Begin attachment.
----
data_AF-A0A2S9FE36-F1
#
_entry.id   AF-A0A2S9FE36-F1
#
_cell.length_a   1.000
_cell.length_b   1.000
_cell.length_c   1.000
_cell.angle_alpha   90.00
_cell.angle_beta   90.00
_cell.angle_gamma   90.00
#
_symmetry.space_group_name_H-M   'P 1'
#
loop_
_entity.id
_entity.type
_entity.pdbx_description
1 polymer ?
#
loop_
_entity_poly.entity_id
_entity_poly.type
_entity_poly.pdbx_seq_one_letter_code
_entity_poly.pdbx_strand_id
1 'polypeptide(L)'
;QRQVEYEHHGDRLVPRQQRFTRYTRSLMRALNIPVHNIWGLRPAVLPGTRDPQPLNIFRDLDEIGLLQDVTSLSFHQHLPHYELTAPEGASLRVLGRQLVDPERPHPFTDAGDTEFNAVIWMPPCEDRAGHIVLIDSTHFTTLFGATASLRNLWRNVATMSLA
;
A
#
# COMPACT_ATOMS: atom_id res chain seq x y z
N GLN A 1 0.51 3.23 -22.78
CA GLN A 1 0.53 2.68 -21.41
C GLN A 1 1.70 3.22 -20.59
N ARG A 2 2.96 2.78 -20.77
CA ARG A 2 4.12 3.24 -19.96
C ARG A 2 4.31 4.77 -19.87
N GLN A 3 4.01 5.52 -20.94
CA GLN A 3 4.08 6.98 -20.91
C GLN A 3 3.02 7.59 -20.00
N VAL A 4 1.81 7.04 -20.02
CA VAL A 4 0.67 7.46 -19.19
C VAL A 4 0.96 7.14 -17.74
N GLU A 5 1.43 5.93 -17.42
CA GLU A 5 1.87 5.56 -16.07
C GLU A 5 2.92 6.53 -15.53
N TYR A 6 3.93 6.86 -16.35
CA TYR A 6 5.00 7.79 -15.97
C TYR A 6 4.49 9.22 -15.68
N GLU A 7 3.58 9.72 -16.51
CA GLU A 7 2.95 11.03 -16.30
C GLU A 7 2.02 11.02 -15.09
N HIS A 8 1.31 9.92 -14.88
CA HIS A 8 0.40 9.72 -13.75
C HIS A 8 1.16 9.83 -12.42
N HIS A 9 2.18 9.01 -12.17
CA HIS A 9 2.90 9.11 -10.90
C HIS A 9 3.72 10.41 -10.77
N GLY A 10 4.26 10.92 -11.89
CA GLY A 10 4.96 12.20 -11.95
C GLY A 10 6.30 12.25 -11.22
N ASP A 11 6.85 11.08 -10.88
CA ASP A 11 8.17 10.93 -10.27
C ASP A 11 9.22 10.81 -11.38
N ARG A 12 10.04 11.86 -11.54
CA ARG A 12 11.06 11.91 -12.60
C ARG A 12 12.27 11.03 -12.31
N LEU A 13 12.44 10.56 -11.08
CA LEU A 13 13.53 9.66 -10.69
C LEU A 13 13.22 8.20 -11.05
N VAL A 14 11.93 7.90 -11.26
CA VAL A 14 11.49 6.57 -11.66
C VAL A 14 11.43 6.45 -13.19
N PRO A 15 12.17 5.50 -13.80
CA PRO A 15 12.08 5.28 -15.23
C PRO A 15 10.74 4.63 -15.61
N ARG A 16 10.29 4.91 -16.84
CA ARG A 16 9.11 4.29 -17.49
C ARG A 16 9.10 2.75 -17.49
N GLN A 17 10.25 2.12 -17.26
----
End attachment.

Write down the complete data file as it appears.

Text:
data_AF-A0A2S9FE36-F1
#
_entry.id   AF-A0A2S9FE36-F1
#
_cell.length_a   1.000
_cell.length_b   1.000
_cell.length_c   1.000
_cell.angle_alpha   90.00
_cell.angle_beta   90.00
_cell.angle_gamma   90.00
#
_symmetry.space_group_name_H-M   'P 1'
#
loop_
_entity.id
_entity.type
_entity.pdbx_description
1 polymer ?
#
loop_
_entity_poly.entity_id
_entity_poly.type
_entity_poly.pdbx_seq_one_letter_code
_entity_poly.pdbx_strand_id
1 'polypeptide(L)'
;QRQVEYEHHGDRLVPRQQRFTRYTRSLMRALNIPVHNIWGLRPAVLPGTRDPQPLNIFRDLDEIGLLQDVTSLSFHQHLPHYELTAPEGASLRVLGRQLVDPERPHPFTDAGDTEFNAVIWMPPCEDRAGHIVLIDSTHFTTLFGATASLRNLWRNVATMSLA
;
A
#
# COMPACT_ATOMS: atom_id res chain seq x y z
N GLN A 1 0.51 3.23 -22.78
CA GLN A 1 0.53 2.68 -21.41
C GLN A 1 1.70 3.22 -20.59
N ARG A 2 2.96 2.78 -20.77
CA ARG A 2 4.12 3.24 -19.96
C ARG A 2 4.31 4.77 -19.87
N GLN A 3 4.01 5.52 -20.94
CA GLN A 3 4.08 6.98 -20.91
C GLN A 3 3.02 7.59 -20.00
N VAL A 4 1.81 7.04 -20.02
CA VAL A 4 0.67 7.46 -19.19
C VAL A 4 0.96 7.14 -17.74
N GLU A 5 1.43 5.93 -17.42
CA GLU A 5 1.87 5.56 -16.07
C GLU A 5 2.92 6.53 -15.53
N TYR A 6 3.93 6.86 -16.35
CA TYR A 6 5.00 7.79 -15.97
C TYR A 6 4.49 9.22 -15.68
N GLU A 7 3.58 9.72 -16.51
CA GLU A 7 2.95 11.03 -16.30
C GLU A 7 2.02 11.02 -15.09
N HIS A 8 1.31 9.92 -14.88
CA HIS A 8 0.40 9.72 -13.75
C HIS A 8 1.16 9.83 -12.42
N HIS A 9 2.18 9.01 -12.17
CA HIS A 9 2.90 9.11 -10.90
C HIS A 9 3.72 10.41 -10.77
N GLY A 10 4.26 10.92 -11.89
CA GLY A 10 4.96 12.20 -11.95
C GLY A 10 6.30 12.25 -11.22
N ASP A 11 6.85 11.08 -10.88
CA ASP A 11 8.17 10.93 -10.27
C ASP A 11 9.22 10.81 -11.38
N ARG A 12 10.04 11.86 -11.54
CA ARG A 12 11.06 11.91 -12.60
C ARG A 12 12.27 11.03 -12.31
N LEU A 13 12.44 10.56 -11.08
CA LEU A 13 13.53 9.66 -10.69
C LEU A 13 13.22 8.20 -11.05
N VAL A 14 11.93 7.90 -11.26
CA VAL A 14 11.49 6.57 -11.66
C VAL A 14 11.43 6.45 -13.19
N PRO A 15 12.17 5.50 -13.80
CA PRO A 15 12.08 5.28 -15.23
C PRO A 15 10.74 4.63 -15.61
N ARG A 16 10.29 4.91 -16.84
CA ARG A 16 9.11 4.29 -17.49
C ARG A 16 9.10 2.75 -17.49
N GLN A 17 10.25 2.12 -17.26